Because that’s what a story is! It’s about humanity and relationships and drama and response to circumstance and decisions and their consequences. It’s about the force of personality encountering a world and seeing what happens. It’s the slamming of emotional states together to create sparks and see what catches fire. It’s the stuff of time and location and culture giving structure to possibility but also subverting it. These characters — these people — could not have experienced the particular drama they did were it not for the circumstances they faced. That’s what makes this a story and one we haven’t read before.

What was the most difficult thing to write about?

The slaughter of civilians. I hate gratuitous violence, I hate sadism, and don’t watch movies where people are being tortured or abused (I make some exception for zombie movies and scary science fiction), and I don’t want to put anything into the world that I’m not proud of or couldn’t justify to my children (when they’re adults). But there are legitimate reasons to go dark. Think of Cormac McCarthy’s Blood Meridian. Probably the hardest book I’ve ever pushed through, but utterly necessary and flat-out brilliant. I needed to face some of that and write it too, but in my own way. Sometimes it was head-on, and other times — as Emily Dickinson called it — I approached it “slant” like Vonnegut did for Slaughterhouse Five.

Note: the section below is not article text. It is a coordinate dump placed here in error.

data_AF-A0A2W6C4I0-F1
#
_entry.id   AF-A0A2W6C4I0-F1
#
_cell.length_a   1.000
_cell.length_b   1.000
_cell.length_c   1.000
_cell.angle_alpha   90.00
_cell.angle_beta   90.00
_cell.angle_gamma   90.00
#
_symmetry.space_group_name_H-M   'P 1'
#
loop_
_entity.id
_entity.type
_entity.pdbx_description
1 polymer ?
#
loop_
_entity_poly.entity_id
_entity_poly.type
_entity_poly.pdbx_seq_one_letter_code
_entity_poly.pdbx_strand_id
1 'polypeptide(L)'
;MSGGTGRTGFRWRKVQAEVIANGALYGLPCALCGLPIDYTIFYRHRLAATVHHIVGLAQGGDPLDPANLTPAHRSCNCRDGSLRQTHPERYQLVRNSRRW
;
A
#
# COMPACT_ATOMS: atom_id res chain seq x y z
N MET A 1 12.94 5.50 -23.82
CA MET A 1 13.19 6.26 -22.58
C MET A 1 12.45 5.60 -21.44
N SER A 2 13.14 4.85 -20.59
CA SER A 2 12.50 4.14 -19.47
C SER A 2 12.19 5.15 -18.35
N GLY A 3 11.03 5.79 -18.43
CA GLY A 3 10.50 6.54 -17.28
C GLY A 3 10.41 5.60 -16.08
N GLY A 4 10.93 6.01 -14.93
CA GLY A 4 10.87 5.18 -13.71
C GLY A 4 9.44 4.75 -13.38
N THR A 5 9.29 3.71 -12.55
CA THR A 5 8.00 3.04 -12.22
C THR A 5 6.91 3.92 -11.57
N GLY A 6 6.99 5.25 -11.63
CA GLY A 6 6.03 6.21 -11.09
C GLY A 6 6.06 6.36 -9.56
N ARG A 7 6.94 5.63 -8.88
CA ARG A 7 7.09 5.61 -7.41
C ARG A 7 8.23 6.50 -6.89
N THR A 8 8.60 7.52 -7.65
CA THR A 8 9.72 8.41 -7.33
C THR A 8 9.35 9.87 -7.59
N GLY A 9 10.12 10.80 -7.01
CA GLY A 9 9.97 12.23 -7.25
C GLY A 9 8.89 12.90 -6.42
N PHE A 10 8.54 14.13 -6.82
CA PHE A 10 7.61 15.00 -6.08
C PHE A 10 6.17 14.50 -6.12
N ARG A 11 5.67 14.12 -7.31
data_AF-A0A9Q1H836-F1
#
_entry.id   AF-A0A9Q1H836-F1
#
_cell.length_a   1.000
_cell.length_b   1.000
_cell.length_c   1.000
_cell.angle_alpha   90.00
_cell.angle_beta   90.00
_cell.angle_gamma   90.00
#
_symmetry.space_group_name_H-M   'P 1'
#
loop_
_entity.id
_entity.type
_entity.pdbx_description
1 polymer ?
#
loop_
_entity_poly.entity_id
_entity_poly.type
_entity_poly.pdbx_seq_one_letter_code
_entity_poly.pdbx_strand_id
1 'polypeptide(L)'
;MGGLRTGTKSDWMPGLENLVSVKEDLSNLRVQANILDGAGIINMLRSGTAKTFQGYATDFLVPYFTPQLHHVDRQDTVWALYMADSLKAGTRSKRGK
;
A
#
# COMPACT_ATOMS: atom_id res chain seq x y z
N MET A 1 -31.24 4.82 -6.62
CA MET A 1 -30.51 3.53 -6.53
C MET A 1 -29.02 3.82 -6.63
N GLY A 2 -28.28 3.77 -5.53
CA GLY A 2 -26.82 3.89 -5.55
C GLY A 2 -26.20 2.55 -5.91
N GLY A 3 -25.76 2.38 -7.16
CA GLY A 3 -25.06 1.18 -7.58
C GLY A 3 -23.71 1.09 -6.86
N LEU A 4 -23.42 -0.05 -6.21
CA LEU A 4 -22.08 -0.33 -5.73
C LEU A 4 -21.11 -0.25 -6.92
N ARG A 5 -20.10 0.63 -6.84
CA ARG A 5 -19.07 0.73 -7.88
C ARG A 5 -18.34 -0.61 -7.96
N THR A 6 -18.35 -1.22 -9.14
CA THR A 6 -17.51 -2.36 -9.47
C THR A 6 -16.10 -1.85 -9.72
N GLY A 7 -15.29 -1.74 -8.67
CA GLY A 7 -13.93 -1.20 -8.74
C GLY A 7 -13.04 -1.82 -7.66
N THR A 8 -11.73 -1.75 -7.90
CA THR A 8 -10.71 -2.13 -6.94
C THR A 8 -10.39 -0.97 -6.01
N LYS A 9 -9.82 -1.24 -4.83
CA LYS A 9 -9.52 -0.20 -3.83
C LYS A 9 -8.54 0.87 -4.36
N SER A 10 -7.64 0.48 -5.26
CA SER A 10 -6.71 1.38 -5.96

Is there anything else you would like to add that I haven’t included?

I don’t spend my time reading war books and Middle East thrillers. I’m not against them, and there are great ones, but they aren’t my thing. My favorite authors are people like Michael Chabon, Mark Helprin, Richard Ford, James Salter, William Maxwell, and Siri Hustvedt. I like Ian McEwan and Sarah Waters and Anne Proulx and Nick Hornby and David Sedaris and Bill Bryson and Per Petterson. This is what I think of as good stuff. I have no idea how The Girl in Green fits into a market, or this world of writers and readers, but — as with all serious writing, whatever its mood — I hope you come for the writing and the chance to be enveloped in a fictional dream and pulled away and enriched from the experience. This is what I’m hoping people find here. Though, admittedly, there are beige buildings and a lot of sand.

Thanks for the opportunity to share all this with you.

Thank you for your time, it was a pleasure.

Corey Valhos

Profile: View Corey 's profile here

Email: corey.vlahos@theaustraliatimes.com.au